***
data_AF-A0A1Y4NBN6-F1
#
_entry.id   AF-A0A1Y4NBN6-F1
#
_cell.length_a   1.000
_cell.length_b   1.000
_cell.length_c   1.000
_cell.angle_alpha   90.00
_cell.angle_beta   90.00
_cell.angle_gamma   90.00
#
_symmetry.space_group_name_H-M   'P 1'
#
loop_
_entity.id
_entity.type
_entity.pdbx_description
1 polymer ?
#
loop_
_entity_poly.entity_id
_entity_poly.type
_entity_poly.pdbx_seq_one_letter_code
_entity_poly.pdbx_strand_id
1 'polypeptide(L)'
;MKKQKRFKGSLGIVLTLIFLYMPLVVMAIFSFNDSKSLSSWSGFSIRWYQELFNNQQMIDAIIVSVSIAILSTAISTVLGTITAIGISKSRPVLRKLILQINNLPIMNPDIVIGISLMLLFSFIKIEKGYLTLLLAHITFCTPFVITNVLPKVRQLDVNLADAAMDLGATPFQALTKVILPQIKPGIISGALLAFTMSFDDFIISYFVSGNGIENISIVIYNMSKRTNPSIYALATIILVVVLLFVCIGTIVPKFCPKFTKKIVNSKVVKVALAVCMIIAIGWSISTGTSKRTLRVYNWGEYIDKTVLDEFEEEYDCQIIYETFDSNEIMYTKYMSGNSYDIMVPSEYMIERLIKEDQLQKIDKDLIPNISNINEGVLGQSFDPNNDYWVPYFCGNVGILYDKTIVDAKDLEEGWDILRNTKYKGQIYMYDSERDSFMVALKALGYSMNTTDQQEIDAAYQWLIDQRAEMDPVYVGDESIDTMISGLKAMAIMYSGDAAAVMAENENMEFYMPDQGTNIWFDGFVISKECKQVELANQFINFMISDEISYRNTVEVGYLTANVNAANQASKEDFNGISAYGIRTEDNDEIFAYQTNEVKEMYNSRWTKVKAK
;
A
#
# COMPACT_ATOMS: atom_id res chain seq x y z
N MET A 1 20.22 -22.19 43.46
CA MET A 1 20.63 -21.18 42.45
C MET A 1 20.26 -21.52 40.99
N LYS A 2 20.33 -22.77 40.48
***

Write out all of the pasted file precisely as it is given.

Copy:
data_AF-A0A1Y4NBN6-F1
#
_entry.id   AF-A0A1Y4NBN6-F1
#
_cell.length_a   1.000
_cell.length_b   1.000
_cell.length_c   1.000
_cell.angle_alpha   90.00
_cell.angle_beta   90.00
_cell.angle_gamma   90.00
#
_symmetry.space_group_name_H-M   'P 1'
#
loop_
_entity.id
_entity.type
_entity.pdbx_description
1 polymer ?
#
loop_
_entity_poly.entity_id
_entity_poly.type
_entity_poly.pdbx_seq_one_letter_code
_entity_poly.pdbx_strand_id
1 'polypeptide(L)'
;MKKQKRFKGSLGIVLTLIFLYMPLVVMAIFSFNDSKSLSSWSGFSIRWYQELFNNQQMIDAIIVSVSIAILSTAISTVLGTITAIGISKSRPVLRKLILQINNLPIMNPDIVIGISLMLLFSFIKIEKGYLTLLLAHITFCTPFVITNVLPKVRQLDVNLADAAMDLGATPFQALTKVILPQIKPGIISGALLAFTMSFDDFIISYFVSGNGIENISIVIYNMSKRTNPSIYALATIILVVVLLFVCIGTIVPKFCPKFTKKIVNSKVVKVALAVCMIIAIGWSISTGTSKRTLRVYNWGEYIDKTVLDEFEEEYDCQIIYETFDSNEIMYTKYMSGNSYDIMVPSEYMIERLIKEDQLQKIDKDLIPNISNINEGVLGQSFDPNNDYWVPYFCGNVGILYDKTIVDAKDLEEGWDILRNTKYKGQIYMYDSERDSFMVALKALGYSMNTTDQQEIDAAYQWLIDQRAEMDPVYVGDESIDTMISGLKAMAIMYSGDAAAVMAENENMEFYMPDQGTNIWFDGFVISKECKQVELANQFINFMISDEISYRNTVEVGYLTANVNAANQASKEDFNGISAYGIRTEDNDEIFAYQTNEVKEMYNSRWTKVKAK
;
A
#
# COMPACT_ATOMS: atom_id res chain seq x y z
N MET A 1 20.22 -22.19 43.46
CA MET A 1 20.63 -21.18 42.45
C MET A 1 20.26 -21.52 40.99
N LYS A 2 20.33 -22.77 40.48